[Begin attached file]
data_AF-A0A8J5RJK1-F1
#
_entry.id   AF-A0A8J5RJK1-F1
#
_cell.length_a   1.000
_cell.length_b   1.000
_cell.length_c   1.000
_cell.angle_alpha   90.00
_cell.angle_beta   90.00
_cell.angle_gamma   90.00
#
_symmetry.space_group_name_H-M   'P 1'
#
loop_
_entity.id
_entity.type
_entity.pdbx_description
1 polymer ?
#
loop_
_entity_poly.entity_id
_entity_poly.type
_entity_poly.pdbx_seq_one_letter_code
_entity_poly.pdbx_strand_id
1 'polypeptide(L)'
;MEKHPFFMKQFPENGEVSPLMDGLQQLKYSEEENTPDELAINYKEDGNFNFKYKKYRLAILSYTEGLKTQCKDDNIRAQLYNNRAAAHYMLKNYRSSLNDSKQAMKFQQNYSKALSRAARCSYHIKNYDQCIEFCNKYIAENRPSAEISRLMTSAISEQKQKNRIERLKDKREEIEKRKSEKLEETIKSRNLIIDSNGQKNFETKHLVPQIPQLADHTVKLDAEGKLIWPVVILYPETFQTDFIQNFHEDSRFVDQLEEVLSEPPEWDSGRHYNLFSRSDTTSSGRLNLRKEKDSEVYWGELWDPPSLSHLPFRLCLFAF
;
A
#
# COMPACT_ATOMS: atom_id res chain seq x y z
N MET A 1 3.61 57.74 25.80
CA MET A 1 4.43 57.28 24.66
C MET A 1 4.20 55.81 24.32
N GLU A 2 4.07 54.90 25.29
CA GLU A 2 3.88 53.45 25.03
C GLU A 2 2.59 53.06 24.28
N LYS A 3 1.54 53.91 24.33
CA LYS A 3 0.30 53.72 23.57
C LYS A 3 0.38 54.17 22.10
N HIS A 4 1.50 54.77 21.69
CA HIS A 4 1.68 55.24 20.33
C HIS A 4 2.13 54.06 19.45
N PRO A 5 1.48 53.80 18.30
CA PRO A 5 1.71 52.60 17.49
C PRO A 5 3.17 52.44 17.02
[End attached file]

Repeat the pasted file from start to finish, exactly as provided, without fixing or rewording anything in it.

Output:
data_AF-A0A8J5RJK1-F1
#
_entry.id   AF-A0A8J5RJK1-F1
#
_cell.length_a   1.000
_cell.length_b   1.000
_cell.length_c   1.000
_cell.angle_alpha   90.00
_cell.angle_beta   90.00
_cell.angle_gamma   90.00
#
_symmetry.space_group_name_H-M   'P 1'
#
loop_
_entity.id
_entity.type
_entity.pdbx_description
1 polymer ?
#
loop_
_entity_poly.entity_id
_entity_poly.type
_entity_poly.pdbx_seq_one_letter_code
_entity_poly.pdbx_strand_id
1 'polypeptide(L)'
;MEKHPFFMKQFPENGEVSPLMDGLQQLKYSEEENTPDELAINYKEDGNFNFKYKKYRLAILSYTEGLKTQCKDDNIRAQLYNNRAAAHYMLKNYRSSLNDSKQAMKFQQNYSKALSRAARCSYHIKNYDQCIEFCNKYIAENRPSAEISRLMTSAISEQKQKNRIERLKDKREEIEKRKSEKLEETIKSRNLIIDSNGQKNFETKHLVPQIPQLADHTVKLDAEGKLIWPVVILYPETFQTDFIQNFHEDSRFVDQLEEVLSEPPEWDSGRHYNLFSRSDTTSSGRLNLRKEKDSEVYWGELWDPPSLSHLPFRLCLFAF
;
A
#
# COMPACT_ATOMS: atom_id res chain seq x y z
N MET A 1 3.61 57.74 25.80
CA MET A 1 4.43 57.28 24.66
C MET A 1 4.20 55.81 24.32
N GLU A 2 4.07 54.90 25.29
CA GLU A 2 3.88 53.45 25.03
C GLU A 2 2.59 53.06 24.28
N LYS A 3 1.54 53.91 24.33
CA LYS A 3 0.30 53.72 23.57
C LYS A 3 0.38 54.17 22.10
N HIS A 4 1.50 54.77 21.69
CA HIS A 4 1.68 55.24 20.33
C HIS A 4 2.13 54.06 19.45
N PRO A 5 1.48 53.80 18.30
CA PRO A 5 1.71 52.60 17.49
C PRO A 5 3.17 52.44 17.02